A NEW WAY OF DESTROYING LIVES
Hacking refers to an activity that seeks to attack digital devices, such as computers, smartphones, tablets, and even entire networks. While hacking might not be for evil purposes, nowadays most references to hacking characterise it as unlawful activity by cybercriminals. Many think that “hacker” refers to some self-taught whiz kid skilled at modifying computer hardware or software so it can be used in outside the original developers’ intent. This is a narrow view that doesn’t begin to include the wide range of reasons why someone turns to hacking.
People, not computers, create computer threats. Give a predator access to the Internet — and to your PC — and the threat they pose to your security increases. Computer hackers are unauthorized users who steal, change or destroy information without your knowledge or consent. Their clever tricks and detailed technical knowledge help them access the information you really don’t want.
HOW CAN HACKERS HAVE ACCESS TO YOUR INFORMATION?
Anyone who uses a computer with the Internet is susceptible to the threats that computer hackers and online predators pose. These online villains typically spam email or instant messages to deliver dangerous malware to your computer disturb your computer security. Computer hackers can also try to access your computer and private information directly if you are not protected by a firewall. They can see your conversations or peruse the back-end of your personal website. Usually disguised with a bogus identity, predators can lure you into revealing sensitive personal and financial information.
WHAT CAN A HACKER DO TO YOU OR YOUR INFORMATION?
While your computer is connected to the Internet, the malware that a hacker has installed on your PC quietly transfers your personal and financial information. Or, a computer predator may pounce on the private information you unwittingly revealed. In either case, they will be able to:
- Hijack your usernames and passwords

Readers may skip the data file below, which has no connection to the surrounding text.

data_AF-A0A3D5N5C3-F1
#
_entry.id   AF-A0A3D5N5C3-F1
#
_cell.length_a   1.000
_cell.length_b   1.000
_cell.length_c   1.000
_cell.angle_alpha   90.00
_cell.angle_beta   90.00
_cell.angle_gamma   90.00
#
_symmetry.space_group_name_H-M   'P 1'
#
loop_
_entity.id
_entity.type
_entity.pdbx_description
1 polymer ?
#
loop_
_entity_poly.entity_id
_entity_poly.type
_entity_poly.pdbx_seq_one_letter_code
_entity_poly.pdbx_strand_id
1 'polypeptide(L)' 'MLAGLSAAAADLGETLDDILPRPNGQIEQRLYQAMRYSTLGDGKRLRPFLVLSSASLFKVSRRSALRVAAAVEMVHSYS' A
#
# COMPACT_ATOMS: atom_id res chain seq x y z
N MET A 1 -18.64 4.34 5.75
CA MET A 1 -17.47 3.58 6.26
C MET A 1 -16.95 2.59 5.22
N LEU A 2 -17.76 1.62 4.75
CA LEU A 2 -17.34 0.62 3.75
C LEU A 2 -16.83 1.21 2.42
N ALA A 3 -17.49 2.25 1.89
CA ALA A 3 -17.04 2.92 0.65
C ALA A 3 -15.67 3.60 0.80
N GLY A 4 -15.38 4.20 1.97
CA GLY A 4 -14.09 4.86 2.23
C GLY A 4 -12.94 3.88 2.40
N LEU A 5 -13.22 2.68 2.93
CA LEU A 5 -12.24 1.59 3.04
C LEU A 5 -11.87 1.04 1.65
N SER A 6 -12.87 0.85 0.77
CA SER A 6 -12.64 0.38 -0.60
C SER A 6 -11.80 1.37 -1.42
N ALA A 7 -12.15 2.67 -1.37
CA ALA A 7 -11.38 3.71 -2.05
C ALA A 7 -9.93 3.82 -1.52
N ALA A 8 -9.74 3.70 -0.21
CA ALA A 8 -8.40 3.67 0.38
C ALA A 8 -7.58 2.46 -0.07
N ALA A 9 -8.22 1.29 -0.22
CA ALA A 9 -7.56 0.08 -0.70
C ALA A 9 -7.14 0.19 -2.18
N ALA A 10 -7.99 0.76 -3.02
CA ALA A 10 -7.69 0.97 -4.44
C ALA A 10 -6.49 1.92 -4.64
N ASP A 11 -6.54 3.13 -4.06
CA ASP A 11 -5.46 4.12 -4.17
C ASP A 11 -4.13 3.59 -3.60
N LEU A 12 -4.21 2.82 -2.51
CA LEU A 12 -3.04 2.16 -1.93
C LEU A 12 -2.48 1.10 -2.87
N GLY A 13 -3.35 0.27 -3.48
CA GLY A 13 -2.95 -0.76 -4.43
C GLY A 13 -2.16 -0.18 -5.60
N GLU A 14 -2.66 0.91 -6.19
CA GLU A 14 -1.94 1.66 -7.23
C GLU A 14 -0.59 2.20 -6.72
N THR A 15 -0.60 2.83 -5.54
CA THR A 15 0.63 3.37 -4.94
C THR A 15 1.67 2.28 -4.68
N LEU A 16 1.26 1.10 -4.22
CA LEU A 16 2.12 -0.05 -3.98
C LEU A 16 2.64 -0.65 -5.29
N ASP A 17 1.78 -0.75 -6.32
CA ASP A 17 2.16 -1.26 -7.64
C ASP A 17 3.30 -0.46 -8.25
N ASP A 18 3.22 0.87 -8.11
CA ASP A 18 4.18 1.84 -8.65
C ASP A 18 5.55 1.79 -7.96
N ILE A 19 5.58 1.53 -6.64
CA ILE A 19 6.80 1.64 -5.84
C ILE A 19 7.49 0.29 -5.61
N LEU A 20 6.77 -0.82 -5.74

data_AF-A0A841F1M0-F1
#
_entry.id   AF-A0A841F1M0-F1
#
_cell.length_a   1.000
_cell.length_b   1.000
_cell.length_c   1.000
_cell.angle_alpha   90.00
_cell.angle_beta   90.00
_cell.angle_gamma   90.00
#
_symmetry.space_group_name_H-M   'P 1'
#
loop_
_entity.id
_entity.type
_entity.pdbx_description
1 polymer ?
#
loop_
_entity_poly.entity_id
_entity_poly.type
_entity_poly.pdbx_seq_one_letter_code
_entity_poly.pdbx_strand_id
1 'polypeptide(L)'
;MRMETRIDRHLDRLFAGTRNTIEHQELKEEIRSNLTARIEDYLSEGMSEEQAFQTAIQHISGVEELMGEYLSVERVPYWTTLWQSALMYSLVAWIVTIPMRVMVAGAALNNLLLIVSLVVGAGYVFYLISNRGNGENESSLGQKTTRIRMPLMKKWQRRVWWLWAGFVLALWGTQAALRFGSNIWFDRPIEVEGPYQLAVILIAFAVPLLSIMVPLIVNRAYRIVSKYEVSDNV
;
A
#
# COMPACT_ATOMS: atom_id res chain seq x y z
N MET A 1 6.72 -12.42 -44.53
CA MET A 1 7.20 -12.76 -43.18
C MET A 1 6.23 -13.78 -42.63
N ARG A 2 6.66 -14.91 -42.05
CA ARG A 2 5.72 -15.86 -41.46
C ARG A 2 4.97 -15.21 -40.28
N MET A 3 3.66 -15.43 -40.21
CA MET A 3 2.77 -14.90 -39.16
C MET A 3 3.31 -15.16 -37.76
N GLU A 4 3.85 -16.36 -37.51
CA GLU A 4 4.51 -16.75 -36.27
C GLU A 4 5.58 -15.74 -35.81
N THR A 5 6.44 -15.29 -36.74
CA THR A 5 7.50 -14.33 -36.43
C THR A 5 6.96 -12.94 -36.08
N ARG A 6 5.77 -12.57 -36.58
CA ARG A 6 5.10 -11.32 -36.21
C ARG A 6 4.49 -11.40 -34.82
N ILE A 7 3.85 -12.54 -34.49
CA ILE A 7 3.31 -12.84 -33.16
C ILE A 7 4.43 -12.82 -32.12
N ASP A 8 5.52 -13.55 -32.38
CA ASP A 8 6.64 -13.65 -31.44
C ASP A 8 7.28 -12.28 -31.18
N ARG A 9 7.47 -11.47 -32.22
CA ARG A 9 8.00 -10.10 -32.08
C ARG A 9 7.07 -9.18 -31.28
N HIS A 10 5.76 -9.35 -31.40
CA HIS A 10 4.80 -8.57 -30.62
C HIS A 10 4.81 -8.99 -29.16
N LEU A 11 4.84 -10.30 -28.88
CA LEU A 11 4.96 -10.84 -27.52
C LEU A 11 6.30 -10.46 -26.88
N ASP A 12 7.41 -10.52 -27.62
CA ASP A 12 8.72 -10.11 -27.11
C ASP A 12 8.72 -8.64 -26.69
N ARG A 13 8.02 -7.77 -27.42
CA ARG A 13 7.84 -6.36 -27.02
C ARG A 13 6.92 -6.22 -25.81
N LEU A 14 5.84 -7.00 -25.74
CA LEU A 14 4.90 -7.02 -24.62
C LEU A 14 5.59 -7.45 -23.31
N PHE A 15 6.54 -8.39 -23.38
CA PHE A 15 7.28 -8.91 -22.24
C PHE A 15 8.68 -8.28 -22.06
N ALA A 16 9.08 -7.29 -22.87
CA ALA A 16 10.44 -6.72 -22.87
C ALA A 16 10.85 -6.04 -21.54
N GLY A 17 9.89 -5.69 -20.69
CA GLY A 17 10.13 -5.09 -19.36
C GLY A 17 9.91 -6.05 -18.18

- Steal your money and open credit card and bank accounts in your name
- Ruin your credit
- Request new account Personal Identification Numbers (PINs) or additional credit cards
- Make purchases
- Add themselves or an alias that they control as an authorized user so it’s easier to use your credit
- Obtain cash advances
- Use and abuse your Social Security number
- Sell your information to other parties who will use it for illicit or illegal purposes
Predators who stalk people while online can pose a serious physical threat. Using extreme caution when agreeing to meet an online “friend” or acquaintance in person is always the best way to keep safe.
RECENT TWITTER HAVOC
Dozens of the biggest names in America — including Joseph R. Biden Jr., Barack Obama, Kanye West, Bill Gates and Elon Musk — wrote a similar message on Twitter: Send Bitcoin and the famous people would send back double your money.
It was all a scam, of course, the result of one of the most evil online attacks in memory.
The first wave of attacks hit the Twitter accounts of cryptocurrency leaders and companies. But soon after, a Who’s Who of Americans in politics, entertainment and tech, in a major show of force by the hacker.
Twitter quickly removed many of the messages, but in some cases similar tweets were sent again from the same accounts, suggesting that Twitter was powerless.
The company had disabled its service, including the ability of verified users to tweet, for a couple of hours as it scrambled to prevent the scam from spreading further. The company sent a tweet saying that it was investigating the problem and looking for a fix. “You may be unable to Tweet or reset your password while we review and address this incident,” the company said in a second tweet. Service was restored around 8:30 Wednesday night.
The hackers did not use their access to aim at any important institutions or infrastructure — instead of just asking for Bitcoin. But the attack was concerning security experts because it suggested that the hackers could have easily caused much more havoc.
At the start of April, the news broke that 500,000 stolen Zoom passwords were up for sale.
More than half a million Zoom account credentials, usernames and passwords were made available in dark web crime forums in April. Some were given away for free while others were sold for as low as a penny each. It was also found that 290 accounts were related to universities and colleges. Including, the University of Vermont, Dartmouth, Lafayette, University of Florida, University of Colorado, and others. Some accounts belonged to well-known companies such as Citibank, Chase, and more. Bleeping Computer claims that they have verified some of these accounts and that the credentials used were valid.
HOW TO PROTECT YOURSELF FROM HACKING
- Continually check the accuracy of personal accounts and deal with any discrepancies right away
- Use extreme caution when entering chat rooms or posting personal Web pages
- Limit the personal information you post on a personal Web pages
- Carefully monitor requests by online “friends” or acquaintances for predatory behaviour
- Keep personal and financial information out of online conversations
- Use extreme caution when agreeing to meet an online “friend” or acquaintance in person
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